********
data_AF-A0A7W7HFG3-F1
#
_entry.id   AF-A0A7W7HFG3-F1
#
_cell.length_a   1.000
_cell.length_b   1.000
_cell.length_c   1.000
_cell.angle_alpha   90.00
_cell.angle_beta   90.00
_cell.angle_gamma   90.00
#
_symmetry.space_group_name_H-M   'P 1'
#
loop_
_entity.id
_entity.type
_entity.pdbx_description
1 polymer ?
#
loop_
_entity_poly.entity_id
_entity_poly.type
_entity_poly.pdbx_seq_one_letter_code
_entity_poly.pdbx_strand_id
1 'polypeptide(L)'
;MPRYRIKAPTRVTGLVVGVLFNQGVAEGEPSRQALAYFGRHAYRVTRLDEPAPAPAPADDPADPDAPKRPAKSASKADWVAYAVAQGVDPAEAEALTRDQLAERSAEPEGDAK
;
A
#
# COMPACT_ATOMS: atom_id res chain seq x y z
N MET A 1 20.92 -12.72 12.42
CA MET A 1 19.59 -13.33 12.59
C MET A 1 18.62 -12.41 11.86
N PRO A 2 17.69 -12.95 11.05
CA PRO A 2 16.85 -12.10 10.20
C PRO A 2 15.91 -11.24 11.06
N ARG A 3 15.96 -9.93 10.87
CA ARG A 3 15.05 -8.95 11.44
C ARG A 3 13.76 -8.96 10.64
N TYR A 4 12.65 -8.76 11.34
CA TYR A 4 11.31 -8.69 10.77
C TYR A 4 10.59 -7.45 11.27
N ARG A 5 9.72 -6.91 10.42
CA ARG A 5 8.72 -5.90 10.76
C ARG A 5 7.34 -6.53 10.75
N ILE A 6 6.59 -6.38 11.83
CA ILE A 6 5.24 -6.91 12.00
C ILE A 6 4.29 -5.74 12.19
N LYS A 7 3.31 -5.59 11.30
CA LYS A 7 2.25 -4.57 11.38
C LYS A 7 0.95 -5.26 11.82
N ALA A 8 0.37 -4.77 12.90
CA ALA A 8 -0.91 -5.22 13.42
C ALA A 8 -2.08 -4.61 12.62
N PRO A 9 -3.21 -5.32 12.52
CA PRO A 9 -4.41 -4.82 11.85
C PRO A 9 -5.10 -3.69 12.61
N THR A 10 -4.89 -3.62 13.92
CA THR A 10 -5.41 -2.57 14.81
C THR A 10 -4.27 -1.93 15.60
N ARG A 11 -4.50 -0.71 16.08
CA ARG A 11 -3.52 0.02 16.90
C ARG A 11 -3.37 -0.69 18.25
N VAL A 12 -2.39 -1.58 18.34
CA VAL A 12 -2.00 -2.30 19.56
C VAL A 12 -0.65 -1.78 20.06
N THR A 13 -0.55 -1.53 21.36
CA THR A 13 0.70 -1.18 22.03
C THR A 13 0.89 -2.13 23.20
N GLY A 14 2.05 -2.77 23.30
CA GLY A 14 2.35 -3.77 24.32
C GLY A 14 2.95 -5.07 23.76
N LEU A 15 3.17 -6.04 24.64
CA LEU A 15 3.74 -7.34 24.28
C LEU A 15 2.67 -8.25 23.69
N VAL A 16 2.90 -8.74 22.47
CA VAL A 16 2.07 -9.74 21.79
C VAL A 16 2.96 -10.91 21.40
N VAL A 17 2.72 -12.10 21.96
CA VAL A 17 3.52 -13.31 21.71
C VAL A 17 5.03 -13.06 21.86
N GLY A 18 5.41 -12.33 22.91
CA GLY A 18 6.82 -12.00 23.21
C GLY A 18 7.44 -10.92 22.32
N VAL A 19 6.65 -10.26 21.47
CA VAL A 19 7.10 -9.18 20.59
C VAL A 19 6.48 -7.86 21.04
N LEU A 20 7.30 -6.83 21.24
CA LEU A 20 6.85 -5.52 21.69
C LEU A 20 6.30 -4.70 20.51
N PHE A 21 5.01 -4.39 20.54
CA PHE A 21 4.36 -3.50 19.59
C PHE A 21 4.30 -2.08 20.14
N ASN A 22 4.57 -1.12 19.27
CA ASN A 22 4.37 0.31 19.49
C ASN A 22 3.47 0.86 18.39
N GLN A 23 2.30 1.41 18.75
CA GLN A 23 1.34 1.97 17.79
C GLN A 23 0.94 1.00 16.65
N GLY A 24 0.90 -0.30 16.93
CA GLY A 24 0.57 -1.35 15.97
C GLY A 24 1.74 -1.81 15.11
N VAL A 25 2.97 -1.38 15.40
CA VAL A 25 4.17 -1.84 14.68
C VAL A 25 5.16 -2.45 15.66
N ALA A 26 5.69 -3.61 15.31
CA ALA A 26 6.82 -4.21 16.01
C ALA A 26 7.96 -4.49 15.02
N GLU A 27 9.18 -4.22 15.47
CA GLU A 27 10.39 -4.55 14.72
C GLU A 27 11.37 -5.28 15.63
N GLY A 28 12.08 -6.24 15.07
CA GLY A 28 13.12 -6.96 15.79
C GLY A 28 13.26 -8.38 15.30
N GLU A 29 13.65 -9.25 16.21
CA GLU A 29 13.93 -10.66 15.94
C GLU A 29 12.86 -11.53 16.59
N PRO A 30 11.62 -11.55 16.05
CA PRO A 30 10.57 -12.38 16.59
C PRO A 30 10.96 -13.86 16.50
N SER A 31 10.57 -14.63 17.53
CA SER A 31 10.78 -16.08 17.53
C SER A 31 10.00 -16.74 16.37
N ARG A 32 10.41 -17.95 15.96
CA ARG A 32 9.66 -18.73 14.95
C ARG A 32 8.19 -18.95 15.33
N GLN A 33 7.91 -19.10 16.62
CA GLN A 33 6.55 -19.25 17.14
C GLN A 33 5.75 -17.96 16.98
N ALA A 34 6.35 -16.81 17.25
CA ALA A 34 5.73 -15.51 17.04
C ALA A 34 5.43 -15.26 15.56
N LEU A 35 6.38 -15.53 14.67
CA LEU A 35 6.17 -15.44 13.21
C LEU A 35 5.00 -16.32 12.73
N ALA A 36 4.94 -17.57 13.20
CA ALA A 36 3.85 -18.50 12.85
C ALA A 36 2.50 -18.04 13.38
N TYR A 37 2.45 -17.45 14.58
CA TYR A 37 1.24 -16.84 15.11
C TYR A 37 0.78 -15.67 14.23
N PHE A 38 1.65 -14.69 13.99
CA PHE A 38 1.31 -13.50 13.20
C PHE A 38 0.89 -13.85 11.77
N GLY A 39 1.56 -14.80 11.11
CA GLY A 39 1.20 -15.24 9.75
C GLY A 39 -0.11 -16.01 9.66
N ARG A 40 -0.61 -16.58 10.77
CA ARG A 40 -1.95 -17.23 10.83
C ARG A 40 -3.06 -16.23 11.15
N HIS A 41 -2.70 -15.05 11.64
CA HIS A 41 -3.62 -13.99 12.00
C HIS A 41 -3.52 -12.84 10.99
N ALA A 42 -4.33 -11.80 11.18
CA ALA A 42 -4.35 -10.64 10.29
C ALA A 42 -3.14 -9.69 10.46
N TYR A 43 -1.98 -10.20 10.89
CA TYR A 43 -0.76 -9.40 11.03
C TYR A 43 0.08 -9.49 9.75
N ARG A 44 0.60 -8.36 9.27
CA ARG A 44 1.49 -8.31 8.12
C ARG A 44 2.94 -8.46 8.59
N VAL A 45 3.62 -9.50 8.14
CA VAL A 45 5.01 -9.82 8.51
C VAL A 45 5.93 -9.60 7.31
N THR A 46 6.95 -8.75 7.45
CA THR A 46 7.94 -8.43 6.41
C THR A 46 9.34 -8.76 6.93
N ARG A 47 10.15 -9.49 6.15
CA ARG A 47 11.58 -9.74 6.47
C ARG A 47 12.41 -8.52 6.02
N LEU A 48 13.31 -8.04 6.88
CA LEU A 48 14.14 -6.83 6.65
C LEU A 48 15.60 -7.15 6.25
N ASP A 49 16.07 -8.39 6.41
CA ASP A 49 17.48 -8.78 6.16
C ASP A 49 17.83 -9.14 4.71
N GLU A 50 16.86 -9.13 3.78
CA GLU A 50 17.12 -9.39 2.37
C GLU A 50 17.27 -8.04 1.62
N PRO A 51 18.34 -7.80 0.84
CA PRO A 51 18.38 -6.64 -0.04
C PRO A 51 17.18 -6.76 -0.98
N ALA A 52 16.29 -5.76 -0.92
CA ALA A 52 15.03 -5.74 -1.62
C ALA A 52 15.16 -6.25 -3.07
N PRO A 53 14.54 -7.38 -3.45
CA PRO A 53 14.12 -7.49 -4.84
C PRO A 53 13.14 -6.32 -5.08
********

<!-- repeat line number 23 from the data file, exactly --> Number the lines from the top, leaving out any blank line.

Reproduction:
_entity_poly.pdbx_seq_one_letter_code